Skip to main content Skip to main navigation Skip to footer content

Illinois Wesleyan Lands Bee Campus USA Certification

David Werner
David Werner '21 tends to the Peace Garden apiary.

Oct. 1, 2020

BLOOMINGTON, Ill. — In keeping with Illinois Wesleyan University’s commitment to sustainability, a coalition of students, faculty and Bloomington residents have transformed the IWU Peace Garden into a nationally recognized safe haven for bees and other native pollinators, earning the University certification as an affiliate of Bee Campus USA. 

As bee populations continue to decline globally, Bee Campus USA endorses colleges and universities that create well-maintained pollinator habitats and promote bee conservation efforts within the local community, among other criteria. Over a hundred campuses currently participate in this initiative. Illinois Wesleyan is one of five colleges in Illinois to receive the designation.

“Earning this certification is a big step forward,” said Professor of Political Science Jim Simeone, faculty advisor of the Peace Garden and the IWU Beekeepers Club. “It shows how a few committed students can make a difference in shaping our sustainability curriculum. The certification would not have happened without their work.”

Economics and political science major David Werner '21 planted the idea of constructing an on-campus apiary –– a place to house bees –– and applying for Bee Campus USA certification at a Peace Garden meeting, and from there, the idea quickly grew. Student Senate Sustainability Commissioner and biology major Ankush Kecht ’23 helped secure funding, and with assistance from the Acacia Fraternity, students assembled the apiary, created a wildflower garden to attract pollinators and purchased the bees themselves. Additionally, Peace Garden intern and environmental studies major Janna Fitzgerald ’20 drafted apiary signage.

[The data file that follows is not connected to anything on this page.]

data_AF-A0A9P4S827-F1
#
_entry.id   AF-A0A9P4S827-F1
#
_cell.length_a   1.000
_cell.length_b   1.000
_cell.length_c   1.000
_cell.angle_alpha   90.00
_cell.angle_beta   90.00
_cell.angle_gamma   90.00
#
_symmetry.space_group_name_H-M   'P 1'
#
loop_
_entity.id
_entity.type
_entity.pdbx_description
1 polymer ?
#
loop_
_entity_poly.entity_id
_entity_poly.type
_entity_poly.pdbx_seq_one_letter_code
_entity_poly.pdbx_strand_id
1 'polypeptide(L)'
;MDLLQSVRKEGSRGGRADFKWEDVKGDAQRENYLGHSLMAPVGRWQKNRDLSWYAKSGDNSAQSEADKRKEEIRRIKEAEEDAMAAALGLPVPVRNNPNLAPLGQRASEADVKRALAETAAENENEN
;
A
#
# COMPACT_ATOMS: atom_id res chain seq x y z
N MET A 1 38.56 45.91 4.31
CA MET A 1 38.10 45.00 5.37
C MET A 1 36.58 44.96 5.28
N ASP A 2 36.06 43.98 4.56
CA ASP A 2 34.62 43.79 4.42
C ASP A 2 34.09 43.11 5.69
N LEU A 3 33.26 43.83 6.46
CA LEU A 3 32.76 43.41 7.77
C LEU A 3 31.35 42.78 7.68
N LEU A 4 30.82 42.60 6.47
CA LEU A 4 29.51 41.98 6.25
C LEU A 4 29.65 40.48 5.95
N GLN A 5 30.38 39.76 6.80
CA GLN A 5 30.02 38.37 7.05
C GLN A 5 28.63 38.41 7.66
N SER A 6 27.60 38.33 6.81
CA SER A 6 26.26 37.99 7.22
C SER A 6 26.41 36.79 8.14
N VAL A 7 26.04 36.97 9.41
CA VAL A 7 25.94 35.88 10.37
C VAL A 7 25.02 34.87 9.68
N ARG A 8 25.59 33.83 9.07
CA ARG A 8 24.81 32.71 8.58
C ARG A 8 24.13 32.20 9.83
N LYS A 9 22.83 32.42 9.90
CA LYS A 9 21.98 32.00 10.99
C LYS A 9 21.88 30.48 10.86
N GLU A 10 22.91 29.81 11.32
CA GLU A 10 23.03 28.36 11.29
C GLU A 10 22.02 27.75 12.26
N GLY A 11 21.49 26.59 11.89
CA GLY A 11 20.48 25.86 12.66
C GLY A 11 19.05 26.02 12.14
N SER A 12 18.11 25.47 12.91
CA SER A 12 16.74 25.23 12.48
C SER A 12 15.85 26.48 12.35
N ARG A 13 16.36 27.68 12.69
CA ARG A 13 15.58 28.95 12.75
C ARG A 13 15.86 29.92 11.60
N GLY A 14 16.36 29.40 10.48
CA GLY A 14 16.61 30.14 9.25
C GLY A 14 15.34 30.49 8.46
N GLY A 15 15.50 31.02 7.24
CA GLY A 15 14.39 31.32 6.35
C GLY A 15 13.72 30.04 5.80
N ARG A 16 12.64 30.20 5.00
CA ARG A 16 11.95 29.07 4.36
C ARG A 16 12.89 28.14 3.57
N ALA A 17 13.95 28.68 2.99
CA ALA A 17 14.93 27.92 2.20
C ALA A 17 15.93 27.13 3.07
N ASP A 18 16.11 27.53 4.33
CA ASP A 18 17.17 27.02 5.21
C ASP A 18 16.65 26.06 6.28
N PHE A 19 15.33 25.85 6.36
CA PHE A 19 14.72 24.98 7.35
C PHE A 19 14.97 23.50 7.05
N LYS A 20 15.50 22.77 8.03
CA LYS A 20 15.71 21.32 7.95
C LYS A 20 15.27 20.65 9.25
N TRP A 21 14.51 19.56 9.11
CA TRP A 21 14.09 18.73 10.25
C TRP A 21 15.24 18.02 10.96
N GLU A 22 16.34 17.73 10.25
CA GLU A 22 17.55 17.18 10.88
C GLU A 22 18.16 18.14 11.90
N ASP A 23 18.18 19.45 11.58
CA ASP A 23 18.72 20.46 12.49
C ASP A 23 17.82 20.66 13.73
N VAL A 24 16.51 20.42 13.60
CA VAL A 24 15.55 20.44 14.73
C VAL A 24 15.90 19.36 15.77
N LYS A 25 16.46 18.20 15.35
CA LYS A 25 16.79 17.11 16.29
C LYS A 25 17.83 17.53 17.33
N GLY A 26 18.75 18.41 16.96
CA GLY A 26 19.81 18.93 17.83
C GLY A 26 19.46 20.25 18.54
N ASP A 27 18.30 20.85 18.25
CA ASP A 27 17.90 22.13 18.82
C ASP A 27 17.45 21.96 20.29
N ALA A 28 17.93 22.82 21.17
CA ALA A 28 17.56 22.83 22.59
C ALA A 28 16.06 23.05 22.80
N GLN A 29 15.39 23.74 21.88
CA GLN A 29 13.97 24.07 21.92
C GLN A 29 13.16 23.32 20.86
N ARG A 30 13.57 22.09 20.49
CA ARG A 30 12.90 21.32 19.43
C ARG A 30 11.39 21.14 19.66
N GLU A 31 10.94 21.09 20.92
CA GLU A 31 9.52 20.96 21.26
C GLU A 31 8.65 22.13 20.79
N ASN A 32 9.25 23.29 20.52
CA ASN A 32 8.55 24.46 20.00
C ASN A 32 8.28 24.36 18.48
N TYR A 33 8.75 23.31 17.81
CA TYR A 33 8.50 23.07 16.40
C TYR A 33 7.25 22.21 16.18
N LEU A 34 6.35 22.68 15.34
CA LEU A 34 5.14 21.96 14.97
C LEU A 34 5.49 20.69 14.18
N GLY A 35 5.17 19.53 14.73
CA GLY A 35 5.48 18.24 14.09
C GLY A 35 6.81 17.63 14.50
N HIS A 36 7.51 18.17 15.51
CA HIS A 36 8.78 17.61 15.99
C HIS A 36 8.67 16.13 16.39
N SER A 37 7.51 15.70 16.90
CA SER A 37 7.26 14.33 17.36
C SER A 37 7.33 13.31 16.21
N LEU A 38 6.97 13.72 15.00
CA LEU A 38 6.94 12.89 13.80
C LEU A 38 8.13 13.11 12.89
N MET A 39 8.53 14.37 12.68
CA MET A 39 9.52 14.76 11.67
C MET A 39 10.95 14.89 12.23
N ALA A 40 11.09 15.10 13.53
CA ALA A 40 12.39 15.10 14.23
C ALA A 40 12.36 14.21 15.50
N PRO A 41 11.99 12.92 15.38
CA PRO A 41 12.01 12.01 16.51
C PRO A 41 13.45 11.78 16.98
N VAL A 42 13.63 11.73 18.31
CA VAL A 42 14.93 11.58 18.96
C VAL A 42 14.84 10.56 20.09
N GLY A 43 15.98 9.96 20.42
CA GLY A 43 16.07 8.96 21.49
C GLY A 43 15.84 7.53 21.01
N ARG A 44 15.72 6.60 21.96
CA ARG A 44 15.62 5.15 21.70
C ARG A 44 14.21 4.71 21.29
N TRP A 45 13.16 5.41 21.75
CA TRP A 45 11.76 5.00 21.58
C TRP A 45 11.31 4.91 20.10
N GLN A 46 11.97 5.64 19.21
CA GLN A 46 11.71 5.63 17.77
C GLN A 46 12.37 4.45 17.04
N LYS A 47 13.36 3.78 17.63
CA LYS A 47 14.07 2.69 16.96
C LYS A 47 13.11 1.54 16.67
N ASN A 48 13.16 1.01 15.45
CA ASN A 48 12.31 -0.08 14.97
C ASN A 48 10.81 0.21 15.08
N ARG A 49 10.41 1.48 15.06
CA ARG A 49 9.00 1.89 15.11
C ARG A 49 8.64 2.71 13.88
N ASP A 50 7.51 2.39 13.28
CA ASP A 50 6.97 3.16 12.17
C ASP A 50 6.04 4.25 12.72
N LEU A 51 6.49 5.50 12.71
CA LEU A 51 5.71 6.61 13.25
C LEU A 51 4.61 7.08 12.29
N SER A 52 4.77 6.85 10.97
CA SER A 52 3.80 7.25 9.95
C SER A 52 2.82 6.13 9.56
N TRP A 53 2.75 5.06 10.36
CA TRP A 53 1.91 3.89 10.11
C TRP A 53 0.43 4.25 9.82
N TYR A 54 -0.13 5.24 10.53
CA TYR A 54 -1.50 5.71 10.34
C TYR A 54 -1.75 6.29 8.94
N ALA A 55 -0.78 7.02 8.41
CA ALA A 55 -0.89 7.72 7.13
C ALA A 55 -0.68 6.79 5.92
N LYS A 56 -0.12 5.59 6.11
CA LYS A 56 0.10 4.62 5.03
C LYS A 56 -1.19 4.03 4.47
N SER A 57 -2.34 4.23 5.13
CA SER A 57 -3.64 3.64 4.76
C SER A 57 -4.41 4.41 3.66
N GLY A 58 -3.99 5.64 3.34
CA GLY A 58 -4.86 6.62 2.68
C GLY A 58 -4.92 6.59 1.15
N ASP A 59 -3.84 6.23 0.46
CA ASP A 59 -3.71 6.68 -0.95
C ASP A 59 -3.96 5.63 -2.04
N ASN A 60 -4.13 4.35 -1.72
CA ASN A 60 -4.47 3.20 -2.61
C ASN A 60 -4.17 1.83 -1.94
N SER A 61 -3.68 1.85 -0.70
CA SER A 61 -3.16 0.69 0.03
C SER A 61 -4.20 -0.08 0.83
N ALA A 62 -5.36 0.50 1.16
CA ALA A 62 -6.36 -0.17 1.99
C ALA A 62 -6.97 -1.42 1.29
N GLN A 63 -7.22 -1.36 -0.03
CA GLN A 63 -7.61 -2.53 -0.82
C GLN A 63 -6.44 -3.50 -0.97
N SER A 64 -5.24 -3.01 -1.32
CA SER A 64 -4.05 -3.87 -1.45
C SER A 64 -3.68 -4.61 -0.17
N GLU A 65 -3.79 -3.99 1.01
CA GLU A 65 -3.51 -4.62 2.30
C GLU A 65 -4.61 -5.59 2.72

“We decided to name the apiary after IWU President Lloyd Bertholf who was an entomologist and bee researcher,” Simeone said. “Janna inspected President Bertholf’s papers in the IWU archive and found a number of quotations related directly to bees.”

Kecht is now working with the GREENetwork on campus to raise funds for the signs. The students’ dedication to seeing this project through, from taking beekeeping classes at Heartland Community College to raising funds for the necessary equipment, demonstrates the kind of work ethic that will further their careers, according to Simeone.

A bee lands on David Werner's bee-themed water bottle while he tends to the Peace Garden apiary.

“IWU students are able to pick up a project and run with it—as David did with the Bee Campus initiative. They learn to navigate the university's authority structure and work cooperatively with multiple constituencies. They reach out into the larger community as all our Action Research Center students do. These kinds of project management skills make our students very attractive to employers and effective citizens.” 

Though beekeeping may sound like a niche hobby, this initiative has touched every branch of the Illinois Wesleyan community, from collaboration with RSOs and Greek Life to outreach programs with local elementary school students. Over 30 students are currently involved with the RSO’s honey harvest, with the assistance of several Bloomington beekeepers. George C. and Ella Beach Lewis Endowed Chair of Biology Given Harper also uses the honey bee colonies as a teaching tool in his Environmental Studies courses.

In addition to preserving endangered species, the benefits of a Bee Campus include increased small business opportunities such as pollinator-friendly landscaping and native seed suppliers, improved local food production and heightened awareness of local biological diversity. The apiary is surrounded by native prairie plants, which are vital to preserving native pollinators like miner bees.  

While not a bee fanatic at the project’s outset, Simeone has found that adapting to the challenges of beekeeping illustrates what good conservation looks like:

“We can't always do exactly what we want with them—even when intervening for their own good as when we treat for varroa mites—and we always have to consider how our keeping activities will impact them. Our response to their behavior fits the approach to sustainability we have sought: working with nature, not dictating to it.”

By Rachel McCarthy ’21